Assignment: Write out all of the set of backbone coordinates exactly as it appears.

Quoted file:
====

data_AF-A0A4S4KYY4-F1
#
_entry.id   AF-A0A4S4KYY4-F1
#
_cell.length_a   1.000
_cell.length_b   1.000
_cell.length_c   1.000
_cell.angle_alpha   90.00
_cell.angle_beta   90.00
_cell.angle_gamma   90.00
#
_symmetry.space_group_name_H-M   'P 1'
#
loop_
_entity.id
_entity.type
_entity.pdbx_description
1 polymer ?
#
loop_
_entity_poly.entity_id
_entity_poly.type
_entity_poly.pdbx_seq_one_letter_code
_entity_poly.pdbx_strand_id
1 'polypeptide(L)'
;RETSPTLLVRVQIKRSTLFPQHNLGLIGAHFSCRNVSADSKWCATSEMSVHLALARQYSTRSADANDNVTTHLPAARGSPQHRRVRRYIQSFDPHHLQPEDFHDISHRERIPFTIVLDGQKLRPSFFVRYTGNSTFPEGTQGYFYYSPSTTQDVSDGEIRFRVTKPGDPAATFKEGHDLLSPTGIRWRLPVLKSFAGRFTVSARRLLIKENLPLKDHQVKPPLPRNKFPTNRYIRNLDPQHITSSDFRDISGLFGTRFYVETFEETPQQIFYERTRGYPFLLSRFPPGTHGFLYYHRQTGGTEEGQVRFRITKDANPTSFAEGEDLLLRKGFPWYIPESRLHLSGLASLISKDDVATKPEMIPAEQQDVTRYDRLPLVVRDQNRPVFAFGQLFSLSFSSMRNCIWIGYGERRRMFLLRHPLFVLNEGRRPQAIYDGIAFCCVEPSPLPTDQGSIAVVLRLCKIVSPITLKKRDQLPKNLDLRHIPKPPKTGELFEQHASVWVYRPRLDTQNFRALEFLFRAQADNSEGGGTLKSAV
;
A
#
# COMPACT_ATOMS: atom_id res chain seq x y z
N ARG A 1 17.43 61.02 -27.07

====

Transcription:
data_AF-A0A4S4KYY4-F1
#
_entry.id   AF-A0A4S4KYY4-F1
#
_cell.length_a   1.000
_cell.length_b   1.000
_cell.length_c   1.000
_cell.angle_alpha   90.00
_cell.angle_beta   90.00
_cell.angle_gamma   90.00
#
_symmetry.space_group_name_H-M   'P 1'
#
loop_
_entity.id
_entity.type
_entity.pdbx_description
1 polymer ?
#
loop_
_entity_poly.entity_id
_entity_poly.type
_entity_poly.pdbx_seq_one_letter_code
_entity_poly.pdbx_strand_id
1 'polypeptide(L)'
;RETSPTLLVRVQIKRSTLFPQHNLGLIGAHFSCRNVSADSKWCATSEMSVHLALARQYSTRSADANDNVTTHLPAARGSPQHRRVRRYIQSFDPHHLQPEDFHDISHRERIPFTIVLDGQKLRPSFFVRYTGNSTFPEGTQGYFYYSPSTTQDVSDGEIRFRVTKPGDPAATFKEGHDLLSPTGIRWRLPVLKSFAGRFTVSARRLLIKENLPLKDHQVKPPLPRNKFPTNRYIRNLDPQHITSSDFRDISGLFGTRFYVETFEETPQQIFYERTRGYPFLLSRFPPGTHGFLYYHRQTGGTEEGQVRFRITKDANPTSFAEGEDLLLRKGFPWYIPESRLHLSGLASLISKDDVATKPEMIPAEQQDVTRYDRLPLVVRDQNRPVFAFGQLFSLSFSSMRNCIWIGYGERRRMFLLRHPLFVLNEGRRPQAIYDGIAFCCVEPSPLPTDQGSIAVVLRLCKIVSPITLKKRDQLPKNLDLRHIPKPPKTGELFEQHASVWVYRPRLDTQNFRALEFLFRAQADNSEGGGTLKSAV
;
A
#
# COMPACT_ATOMS: atom_id res chain seq x y z
N ARG A 1 17.43 61.02 -27.07